This section is dedicated to take away all your "I wish someone had told me that before I went!" experiences. This way, you are better prepared for what to expect, what not to expect and can spend less time settling in, and more time making new friends in your chosen hostel. We share our insider knowledge of tips, tricks and important things to look out for in Almada. To help you make friends with Almada before you visit, we've included a few helpful and fun things you should know about the area. Enjoy!
Almada is a city in Portugal, across the Tagus River from Lisbon and accessible by the 25 de Abril Bridge. Settlement at Almada dates to the Neolithic period but became a permanent city around the time of the Islamic civilisation. It remained a Moorish stronghold until the late 12th century, when it was conquered by the Christian army. Almadians were forced into hiding after the invasion of Moors in the early 1170s and not restored to Portuguese control until the late 1180s.
The easiest way to get to Almada is to fly to Lisbon’s Portela Airport. There are direct flights here from most cities in Europe, the US, and Canada. To get to Almada from Lisbon, all you have to do it catch a bus or a ferry across the Tagus River. Almada is a transport hub; getting in and around the city is easily done by rail, tram, or bus.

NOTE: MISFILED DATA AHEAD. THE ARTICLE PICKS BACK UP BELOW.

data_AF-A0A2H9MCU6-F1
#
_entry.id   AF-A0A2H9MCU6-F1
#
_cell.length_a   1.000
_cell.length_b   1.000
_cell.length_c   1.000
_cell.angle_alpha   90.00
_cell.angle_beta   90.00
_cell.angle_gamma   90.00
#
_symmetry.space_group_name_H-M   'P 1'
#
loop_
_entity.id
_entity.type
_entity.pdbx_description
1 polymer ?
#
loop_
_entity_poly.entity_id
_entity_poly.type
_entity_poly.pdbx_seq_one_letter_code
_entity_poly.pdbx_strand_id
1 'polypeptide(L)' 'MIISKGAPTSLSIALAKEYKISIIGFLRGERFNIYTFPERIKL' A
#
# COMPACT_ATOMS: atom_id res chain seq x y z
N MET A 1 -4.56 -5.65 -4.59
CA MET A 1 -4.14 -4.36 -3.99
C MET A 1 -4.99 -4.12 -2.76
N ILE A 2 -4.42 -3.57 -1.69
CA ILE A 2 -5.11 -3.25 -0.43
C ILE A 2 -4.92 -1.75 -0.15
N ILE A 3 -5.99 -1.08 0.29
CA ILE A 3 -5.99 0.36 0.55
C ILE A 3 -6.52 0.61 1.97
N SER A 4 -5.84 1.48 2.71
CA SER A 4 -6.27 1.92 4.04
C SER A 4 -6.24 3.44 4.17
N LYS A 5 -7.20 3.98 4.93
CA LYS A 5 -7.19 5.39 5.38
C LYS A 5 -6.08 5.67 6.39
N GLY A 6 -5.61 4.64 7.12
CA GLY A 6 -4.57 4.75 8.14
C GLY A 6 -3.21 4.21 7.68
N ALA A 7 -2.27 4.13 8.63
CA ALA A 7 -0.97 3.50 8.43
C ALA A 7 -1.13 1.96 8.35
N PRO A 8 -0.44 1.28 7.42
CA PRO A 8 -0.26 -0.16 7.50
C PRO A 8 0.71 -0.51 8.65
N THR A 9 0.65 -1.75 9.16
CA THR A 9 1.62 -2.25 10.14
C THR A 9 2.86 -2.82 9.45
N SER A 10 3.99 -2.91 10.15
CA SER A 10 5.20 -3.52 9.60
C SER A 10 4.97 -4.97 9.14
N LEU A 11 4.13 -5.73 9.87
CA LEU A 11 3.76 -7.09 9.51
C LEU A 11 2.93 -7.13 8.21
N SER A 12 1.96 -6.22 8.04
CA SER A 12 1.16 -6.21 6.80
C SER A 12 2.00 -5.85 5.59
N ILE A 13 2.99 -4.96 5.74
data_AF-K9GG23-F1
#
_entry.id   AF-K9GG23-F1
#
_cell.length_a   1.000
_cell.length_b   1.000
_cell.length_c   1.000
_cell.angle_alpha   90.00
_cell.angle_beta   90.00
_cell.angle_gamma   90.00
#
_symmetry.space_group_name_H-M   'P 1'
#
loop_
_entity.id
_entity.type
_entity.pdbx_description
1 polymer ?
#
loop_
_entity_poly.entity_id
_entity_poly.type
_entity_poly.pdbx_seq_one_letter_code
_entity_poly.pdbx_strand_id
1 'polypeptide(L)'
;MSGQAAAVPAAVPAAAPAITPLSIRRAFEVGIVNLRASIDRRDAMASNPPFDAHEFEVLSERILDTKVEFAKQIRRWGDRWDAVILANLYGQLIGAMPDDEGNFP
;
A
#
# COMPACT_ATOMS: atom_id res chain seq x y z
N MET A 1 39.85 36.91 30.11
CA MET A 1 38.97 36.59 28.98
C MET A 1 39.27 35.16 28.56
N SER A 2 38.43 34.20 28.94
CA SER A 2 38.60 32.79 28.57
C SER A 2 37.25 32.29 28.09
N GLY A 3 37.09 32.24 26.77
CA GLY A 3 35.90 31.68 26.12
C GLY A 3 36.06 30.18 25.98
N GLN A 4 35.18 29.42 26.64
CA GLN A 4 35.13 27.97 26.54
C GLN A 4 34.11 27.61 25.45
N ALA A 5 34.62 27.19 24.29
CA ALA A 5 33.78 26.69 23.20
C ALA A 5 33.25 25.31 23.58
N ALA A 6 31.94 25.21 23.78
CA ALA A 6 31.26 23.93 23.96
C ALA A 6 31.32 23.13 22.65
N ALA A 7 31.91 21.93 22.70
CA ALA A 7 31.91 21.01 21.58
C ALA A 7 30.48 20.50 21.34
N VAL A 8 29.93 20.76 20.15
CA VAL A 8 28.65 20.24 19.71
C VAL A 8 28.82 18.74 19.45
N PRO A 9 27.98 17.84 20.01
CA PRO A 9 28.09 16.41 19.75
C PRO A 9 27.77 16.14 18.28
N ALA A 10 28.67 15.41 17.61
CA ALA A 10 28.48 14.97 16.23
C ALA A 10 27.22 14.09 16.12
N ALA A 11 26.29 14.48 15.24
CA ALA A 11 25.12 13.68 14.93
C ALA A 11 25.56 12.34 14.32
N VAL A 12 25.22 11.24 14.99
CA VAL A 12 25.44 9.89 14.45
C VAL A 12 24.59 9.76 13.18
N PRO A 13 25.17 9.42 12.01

Almada’s city centre is on the north end of the city, nearest to the bridge. Look for hostels in this area, as this is also where most of the nightlife, restaurants, and cafes are. There are a few hostels near the Atlantic coast as well; look in the Costa da Caparica area or Paira del Sol neighbourhood. Alternately, you can stay in a hostel in Lisbon and cross the bridge into Almada.
All of the back and forth between civilisations and cultures means that Almada is home to some incredible Moorish, Christian, and Portuguese architecture. For example, the Convento dos Capuchos in the Sintra neighbourhood and the Solar dos Zagallos, a palace of King Seculo in the Sobreda neighbourhood, are both exciting historical sites. It is also highly reliant on the sea, being a coastal port city. There are plenty of water-based activities in the area. Most locals participate in kite-surfing or deep-sea fishing; you can charter a boat or join a tour to explore the vast river mouth. History and culture collide in the Lisbon-Almada region, and the city is a vibrant reminder of old Portuguese culture.
Written by local enthusiast for Almada hostelsJakob Lombardi